Tuesday, November 27, 2012


November, 1930 - Whether it was due to his stature and a resulting Napoleonic complex (he will grow to only five-feet-four-inches in height), the hard area of Chicago where he came of age (a west side location known as The Patch), bad parenting, the suicide death of his father, or just being a bad seed malfunction of nature, no public enemy of the Depression Era took more glee out of causing murder and mayhem (he starts at twelve by "accidentally" shooting a child in the jaw he is teasing with a gun he found in an alley) than Lester Gillis, better known now to crime historians as "Baby Face" Nelson.

                                                          Lester Gillis

Already a well seasoned thief with multiple trips to the state reformatory, at twenty-one Nelson is in the midst of a personal crime wave (several homes are broken into and their occupants robbed at gunpoint ... and he even mugs the wife of Chicago's mayor, Mary Walker Thompson, of jewelry estimated to be worth $18,000) when he and a group of associates decide to loot a roadhouse in the suburban town of Summit, Illinois.  Dancers still partying from Saturday night to the vocal stylings of twenty-two-year-old singer Mary Brining, in the early morning of Sunday, 11/23, armed with pistols and shotguns, Nelson and seven of his followers line up the patrons of the club, and in a smoky dark back room, begin robbing them of their possessions.  It is at this point that things go terribly wrong.  Seeking more illumination so that his victims will not be able to hide any of their valuables from theft, Nelson calls on one of his cronies to turn up the lights ... instead, a dolt in his gang flips a switch that turns the lights out, plunging the room into near total darkness, just as the roadhouse owner's Great Dane attacks, biting Nelson in the leg.  Nelson of course responds by opening fire on the dog, a reaction which in turn causes his gang to panic and begin indiscriminately firing at flashes, noises, and shadows ... gunplay that then results in railroad detective James Mikus opening up on the robbers with his gun as he exits the bathroom.  The chaos of flying bullets lasts only seconds, but when the bandits hastily relocate to calmer climes, they leave behind three dead (the young Mary Brining is one of them) and three wounded patrons ... and one very unhappy, but still alive pooch.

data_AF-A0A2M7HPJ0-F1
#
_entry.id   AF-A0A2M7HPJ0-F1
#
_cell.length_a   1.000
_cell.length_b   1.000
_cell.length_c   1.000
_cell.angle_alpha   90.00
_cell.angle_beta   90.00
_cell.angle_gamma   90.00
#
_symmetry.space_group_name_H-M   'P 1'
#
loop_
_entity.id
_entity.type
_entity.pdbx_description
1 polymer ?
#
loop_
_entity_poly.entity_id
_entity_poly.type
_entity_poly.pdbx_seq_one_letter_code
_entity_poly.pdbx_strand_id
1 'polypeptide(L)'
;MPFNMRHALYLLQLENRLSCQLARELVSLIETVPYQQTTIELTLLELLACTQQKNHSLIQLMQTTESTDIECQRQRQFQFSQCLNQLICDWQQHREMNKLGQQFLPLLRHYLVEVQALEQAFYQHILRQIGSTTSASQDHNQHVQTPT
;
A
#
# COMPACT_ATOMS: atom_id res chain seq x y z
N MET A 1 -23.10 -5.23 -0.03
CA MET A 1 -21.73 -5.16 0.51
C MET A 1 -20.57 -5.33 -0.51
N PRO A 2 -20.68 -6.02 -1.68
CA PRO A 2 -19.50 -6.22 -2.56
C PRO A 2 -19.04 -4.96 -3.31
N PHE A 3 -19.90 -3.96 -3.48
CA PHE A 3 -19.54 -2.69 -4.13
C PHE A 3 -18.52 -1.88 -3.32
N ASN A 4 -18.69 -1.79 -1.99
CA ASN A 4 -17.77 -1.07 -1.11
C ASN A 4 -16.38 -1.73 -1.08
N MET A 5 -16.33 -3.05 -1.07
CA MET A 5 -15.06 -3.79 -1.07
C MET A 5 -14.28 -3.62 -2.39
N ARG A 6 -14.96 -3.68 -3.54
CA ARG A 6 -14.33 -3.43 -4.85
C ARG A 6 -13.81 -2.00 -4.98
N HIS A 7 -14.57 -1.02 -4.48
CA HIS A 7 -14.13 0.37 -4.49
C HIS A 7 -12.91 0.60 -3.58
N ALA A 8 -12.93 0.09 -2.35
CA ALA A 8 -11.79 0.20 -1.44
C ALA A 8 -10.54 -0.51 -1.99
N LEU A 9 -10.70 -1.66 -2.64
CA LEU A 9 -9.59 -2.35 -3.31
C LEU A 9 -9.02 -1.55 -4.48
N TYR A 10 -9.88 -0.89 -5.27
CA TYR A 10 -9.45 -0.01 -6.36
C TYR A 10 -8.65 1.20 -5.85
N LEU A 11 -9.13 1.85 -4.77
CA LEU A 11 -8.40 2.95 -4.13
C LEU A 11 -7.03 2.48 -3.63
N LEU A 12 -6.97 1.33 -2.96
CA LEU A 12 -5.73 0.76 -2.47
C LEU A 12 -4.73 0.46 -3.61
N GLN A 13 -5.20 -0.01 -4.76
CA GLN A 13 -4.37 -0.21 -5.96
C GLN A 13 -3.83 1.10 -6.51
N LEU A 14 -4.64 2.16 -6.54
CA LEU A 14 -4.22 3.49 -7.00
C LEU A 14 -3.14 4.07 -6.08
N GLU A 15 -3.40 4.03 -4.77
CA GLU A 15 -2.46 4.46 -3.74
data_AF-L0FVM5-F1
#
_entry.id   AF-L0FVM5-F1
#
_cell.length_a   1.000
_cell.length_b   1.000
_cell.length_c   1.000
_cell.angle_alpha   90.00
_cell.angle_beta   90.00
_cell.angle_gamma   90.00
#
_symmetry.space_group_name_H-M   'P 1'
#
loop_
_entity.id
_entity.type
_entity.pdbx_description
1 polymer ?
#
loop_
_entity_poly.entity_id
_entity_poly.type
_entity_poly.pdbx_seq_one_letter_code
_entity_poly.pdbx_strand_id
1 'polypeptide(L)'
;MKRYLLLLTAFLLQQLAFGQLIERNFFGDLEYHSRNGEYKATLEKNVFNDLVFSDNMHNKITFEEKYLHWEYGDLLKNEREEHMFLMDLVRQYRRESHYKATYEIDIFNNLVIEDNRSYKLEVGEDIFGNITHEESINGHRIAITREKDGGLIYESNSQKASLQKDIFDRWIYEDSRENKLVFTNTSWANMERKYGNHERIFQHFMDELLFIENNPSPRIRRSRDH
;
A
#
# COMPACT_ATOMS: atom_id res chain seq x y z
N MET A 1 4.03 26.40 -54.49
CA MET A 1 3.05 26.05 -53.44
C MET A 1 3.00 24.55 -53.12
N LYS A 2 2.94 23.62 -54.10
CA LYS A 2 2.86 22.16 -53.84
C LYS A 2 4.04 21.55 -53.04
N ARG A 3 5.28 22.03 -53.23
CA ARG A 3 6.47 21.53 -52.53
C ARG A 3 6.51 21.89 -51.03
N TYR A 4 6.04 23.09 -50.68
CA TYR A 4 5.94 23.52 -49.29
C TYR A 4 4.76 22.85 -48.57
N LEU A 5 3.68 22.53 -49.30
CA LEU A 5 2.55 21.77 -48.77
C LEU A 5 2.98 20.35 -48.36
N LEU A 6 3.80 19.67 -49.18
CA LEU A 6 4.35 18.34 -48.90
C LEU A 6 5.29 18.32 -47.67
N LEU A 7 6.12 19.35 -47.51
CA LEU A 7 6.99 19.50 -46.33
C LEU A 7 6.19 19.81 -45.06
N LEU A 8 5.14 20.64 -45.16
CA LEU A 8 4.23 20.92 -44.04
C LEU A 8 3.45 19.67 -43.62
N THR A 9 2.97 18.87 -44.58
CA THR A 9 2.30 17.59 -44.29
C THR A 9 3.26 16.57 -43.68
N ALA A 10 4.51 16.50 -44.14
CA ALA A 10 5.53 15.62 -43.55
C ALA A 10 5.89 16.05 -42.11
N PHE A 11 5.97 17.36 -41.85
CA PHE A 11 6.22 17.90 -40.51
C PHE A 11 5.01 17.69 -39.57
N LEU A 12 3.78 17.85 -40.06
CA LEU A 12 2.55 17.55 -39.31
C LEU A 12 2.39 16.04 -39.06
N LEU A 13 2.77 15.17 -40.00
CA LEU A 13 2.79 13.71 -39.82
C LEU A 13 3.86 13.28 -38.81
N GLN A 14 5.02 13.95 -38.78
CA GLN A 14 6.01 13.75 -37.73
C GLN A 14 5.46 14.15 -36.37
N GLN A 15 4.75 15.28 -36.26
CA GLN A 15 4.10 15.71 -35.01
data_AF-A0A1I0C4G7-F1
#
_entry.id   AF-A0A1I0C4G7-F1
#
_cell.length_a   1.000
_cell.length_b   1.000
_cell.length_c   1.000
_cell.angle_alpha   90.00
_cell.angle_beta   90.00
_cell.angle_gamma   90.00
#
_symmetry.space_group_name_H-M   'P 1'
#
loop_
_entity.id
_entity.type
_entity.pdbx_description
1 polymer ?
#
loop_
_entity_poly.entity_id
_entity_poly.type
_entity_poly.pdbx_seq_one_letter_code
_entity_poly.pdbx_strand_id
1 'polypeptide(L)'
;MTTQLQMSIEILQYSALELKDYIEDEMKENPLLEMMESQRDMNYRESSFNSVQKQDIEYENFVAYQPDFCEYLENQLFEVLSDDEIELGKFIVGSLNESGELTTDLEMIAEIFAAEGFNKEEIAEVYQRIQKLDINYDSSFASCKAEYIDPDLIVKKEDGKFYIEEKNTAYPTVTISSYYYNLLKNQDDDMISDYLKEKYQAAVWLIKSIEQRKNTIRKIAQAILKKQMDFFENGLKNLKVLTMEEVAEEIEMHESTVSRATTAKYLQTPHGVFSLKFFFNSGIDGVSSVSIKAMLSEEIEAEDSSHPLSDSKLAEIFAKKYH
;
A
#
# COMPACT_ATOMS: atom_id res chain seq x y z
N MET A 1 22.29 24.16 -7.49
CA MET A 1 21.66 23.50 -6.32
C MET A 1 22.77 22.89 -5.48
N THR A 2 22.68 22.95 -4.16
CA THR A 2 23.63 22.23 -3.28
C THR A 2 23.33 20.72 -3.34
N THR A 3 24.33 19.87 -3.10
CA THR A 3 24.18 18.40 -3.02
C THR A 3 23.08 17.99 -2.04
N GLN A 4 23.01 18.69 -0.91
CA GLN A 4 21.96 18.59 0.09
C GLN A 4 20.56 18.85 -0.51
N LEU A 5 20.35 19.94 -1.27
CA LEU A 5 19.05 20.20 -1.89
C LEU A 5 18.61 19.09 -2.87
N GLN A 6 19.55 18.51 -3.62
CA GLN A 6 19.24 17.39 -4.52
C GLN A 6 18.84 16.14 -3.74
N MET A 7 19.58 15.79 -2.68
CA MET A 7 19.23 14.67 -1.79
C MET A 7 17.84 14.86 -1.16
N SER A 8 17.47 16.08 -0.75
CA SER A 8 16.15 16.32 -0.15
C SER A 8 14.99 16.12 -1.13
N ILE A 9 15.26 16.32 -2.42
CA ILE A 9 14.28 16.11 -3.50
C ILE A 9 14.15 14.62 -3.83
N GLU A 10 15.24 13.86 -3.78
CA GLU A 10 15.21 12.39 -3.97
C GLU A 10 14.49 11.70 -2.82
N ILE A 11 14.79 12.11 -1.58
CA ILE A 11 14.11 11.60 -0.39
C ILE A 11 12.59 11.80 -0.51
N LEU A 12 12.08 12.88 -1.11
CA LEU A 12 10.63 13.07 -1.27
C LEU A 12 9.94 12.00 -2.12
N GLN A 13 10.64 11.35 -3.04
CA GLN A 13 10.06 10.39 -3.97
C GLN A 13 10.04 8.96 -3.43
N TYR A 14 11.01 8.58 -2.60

Desperado dude

Three nights later Nelson and his cohorts burst into another local tavern with robbery again in mind, but find only three men in the establishment ... the bar's owner, Frank Engel, a waiter, and a friend of Engel's, a twenty-seven-year-old stockbroker named Edwin R. Thompson who has stopped in for a late dinner after visiting his sick wife in a nearby hospital.  Shotgun at the ready, Nelson orders the men to raise their hands, but when a fearful Thompson adds a nervous smile to his limbs going skyward, the outlaw takes the expression as a slight.  "Don't smile, you!"  Psycho ... when the command is not responded too quickly enough to suit Nelson, the bandit fires a single blast from his shotgun into Thompson's chest, killing the young man instantly as he yells at the corpse that falls at his feet.  "Guess we ain't tough, eh?"  Murder complete, Nelson then has Engel open his safe, takes its contents and heist over, leaves the bar with the grand total of $125.

                         Wanted poster as part of the Dillinger Gang

Sowing what he will eventually reap, almost to the day four years later, in 1934, Baby Face Nelson will make his bloody exit from the world as America's Public Enemy #1 beside a road in Barrington, Illinois ... but not before taking two FBI agents with him.

                                   Baby Face Nelson

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